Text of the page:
There’s no question that becoming a father changes a man. Maybe he becomes more protective, maybe a little more mushy and loving. Biological father, stepfather, disabled father or even foster father, unconditional love is unconditional love.

John Gilbert is a living embodiment of this fatherly love. He’s a 29-year-old wheelchair basketball player headed to the Rio 2016 Paralympic Games, and in the past 13 months he’s learned what it takes to be a dad.

So what’s the back story?

Gilbert says he and his wife, Whitney, have known each other since as early as they can remember. He even recalls chasing her at her grandmother’s house when the two were children. But the rampant play stopped when Gilbert was nine; a tumor found on his T6 vertebrae severed his spinal cord, and he transitioned into a wheelchair permanently. He and Whitney remained friends throughout college — despite always having more intimate feelings toward each other.

Finally, in Gilbert’s last year at the University of Missouri where he was studying biology, he asked her to be his girlfriend. Fast forward a few years and they are happily married and working for the local school district in Salisbury, Miss. They’ve been trying to conceive a child, which Gilbert says has been difficult for them, so they registered to become foster care parents in May 2015.

“We wanted kids and we wanted to help kids,” Gilbert says, “and something kept telling us that foster care might be the way to go right now.” He and Whitney still hope to conceive, but he says they definitely don’t see their children as foster kids. “They’re our kids,” he says. “When you walk in our door, you’re our kids.”

The funniest part:

He and Whitney have already had eight children — though not all at once. But, by caring for children as young as four to as old as 15, he’s gained nearly a decade a parenting experience in one year.. He could probably write a book on parenting advice through the ages, but his biggest piece of advice, is this:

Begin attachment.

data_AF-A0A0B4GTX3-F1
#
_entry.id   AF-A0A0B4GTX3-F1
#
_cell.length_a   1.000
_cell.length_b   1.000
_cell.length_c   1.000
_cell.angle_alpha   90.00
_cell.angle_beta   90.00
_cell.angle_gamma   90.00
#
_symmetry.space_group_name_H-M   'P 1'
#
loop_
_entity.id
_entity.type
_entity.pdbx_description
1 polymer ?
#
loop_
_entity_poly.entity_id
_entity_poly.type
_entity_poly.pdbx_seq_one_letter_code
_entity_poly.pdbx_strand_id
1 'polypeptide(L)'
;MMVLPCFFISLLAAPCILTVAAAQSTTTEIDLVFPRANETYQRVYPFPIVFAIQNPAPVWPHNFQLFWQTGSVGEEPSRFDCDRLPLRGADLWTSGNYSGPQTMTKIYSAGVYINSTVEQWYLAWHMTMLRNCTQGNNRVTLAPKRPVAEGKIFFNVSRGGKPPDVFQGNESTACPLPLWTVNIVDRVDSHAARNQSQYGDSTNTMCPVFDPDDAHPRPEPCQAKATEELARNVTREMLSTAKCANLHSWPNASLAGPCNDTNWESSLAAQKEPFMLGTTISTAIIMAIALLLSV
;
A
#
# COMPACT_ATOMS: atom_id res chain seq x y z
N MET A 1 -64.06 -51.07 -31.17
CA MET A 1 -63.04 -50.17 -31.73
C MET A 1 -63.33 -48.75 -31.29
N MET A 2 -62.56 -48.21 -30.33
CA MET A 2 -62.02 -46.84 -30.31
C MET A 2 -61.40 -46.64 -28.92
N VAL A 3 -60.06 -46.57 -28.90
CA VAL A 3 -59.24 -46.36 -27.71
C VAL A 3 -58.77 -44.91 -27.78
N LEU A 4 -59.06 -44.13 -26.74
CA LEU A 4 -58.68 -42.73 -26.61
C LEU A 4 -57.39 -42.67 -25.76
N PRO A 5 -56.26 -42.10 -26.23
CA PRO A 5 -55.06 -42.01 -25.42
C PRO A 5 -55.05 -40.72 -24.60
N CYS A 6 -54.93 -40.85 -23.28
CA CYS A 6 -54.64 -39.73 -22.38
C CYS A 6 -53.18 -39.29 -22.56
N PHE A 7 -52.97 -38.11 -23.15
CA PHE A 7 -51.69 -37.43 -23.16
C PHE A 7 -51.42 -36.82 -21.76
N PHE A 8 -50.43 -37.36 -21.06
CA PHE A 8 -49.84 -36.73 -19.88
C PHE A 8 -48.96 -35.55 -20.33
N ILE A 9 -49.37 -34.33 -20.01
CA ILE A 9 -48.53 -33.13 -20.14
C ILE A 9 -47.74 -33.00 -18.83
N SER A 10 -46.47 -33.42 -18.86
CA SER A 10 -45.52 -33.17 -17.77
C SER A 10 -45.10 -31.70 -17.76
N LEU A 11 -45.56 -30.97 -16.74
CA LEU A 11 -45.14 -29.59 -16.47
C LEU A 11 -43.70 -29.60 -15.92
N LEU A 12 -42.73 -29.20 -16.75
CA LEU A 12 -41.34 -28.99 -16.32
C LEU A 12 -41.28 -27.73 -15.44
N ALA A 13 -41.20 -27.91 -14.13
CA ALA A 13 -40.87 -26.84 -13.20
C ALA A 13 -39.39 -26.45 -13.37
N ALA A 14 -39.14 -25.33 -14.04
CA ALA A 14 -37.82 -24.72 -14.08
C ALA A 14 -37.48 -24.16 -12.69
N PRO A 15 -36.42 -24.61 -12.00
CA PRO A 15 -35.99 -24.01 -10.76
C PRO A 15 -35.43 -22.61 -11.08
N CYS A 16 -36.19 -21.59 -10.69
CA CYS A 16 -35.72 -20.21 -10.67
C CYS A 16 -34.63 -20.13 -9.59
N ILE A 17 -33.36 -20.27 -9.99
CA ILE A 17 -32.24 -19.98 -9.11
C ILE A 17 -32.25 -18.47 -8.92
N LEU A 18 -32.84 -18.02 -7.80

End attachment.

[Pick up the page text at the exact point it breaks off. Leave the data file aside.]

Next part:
“It doesn’t make a lick a difference whether you’re in a wheelchair or you’re standing up or missing a leg or an arm. As long as you love [your kids] unconditionally, no matter how those kids come to you … they’ll love you back,” he says. “They need that. They deserve that.”

The Activity that Mentally and Physically Helped Gilbert Become a Better Father

Wheelchair basketball paralympics team

Gilbert has never let his disability stand in the way of his dreams. When his spinal cord was severed at nine years old, he took up wheelchair basketball a few months later. He was athletic prior to his injury – though not the best in his class, he admits – and he never let go of that passion.  And while many wheelchair users find it helpful to have wheelchair accessible vehicles or wheelchair lifts to get around, Gilbert has built enough strength to simply transfer himself.

The lessons he’s learned from wheelchair basketball, he says, “teach you not only to rely on that group of individuals but even how to rely on family and Whitney and the kids at the house. I can’t even begin to say how important they are to keeping a healthy lifestyle all around.”

But why does it matter?

Gilbert says he believes his lifelong perseverance inspires his children; his hardships and ability to overcome them are a way for the kids to connect and bond on a deeper level.

“Having as many ways that you can relate with the kids … where they can open up and start to trust you is vitally important, especially in foster care,” he says. “They’re all holding things in they don’t want to tackle or deal with because it hurts, but when they realize somebody else has gone through that … it’s alright to share and cry and just get it out … Nothing good comes from holding that in.”

His Plans Post Rio 2016 Paralympic Games

Besides bringing home the gold, Gilbert has a 10-year plan lined out to help him accomplish his goal of being superintendent of a school district after retiring from his Paralympic career. He already has his bachelor’s degree in biology and a master’s degree in education with an emphasis in biology.

Now he says he’s working to get a superintendent specialization and is considering going for his Ph.D., in administration. Although, the most important to him, he says, is being there for his kids and other foster kids in need of homes.

“There are so many kids who need help, and there’s such a shortage of homes,” he says. “I definitely encourage people — if they are even thinking about it … at least look into it because it is quite the opportunity…. it is awesome to help out those kids.”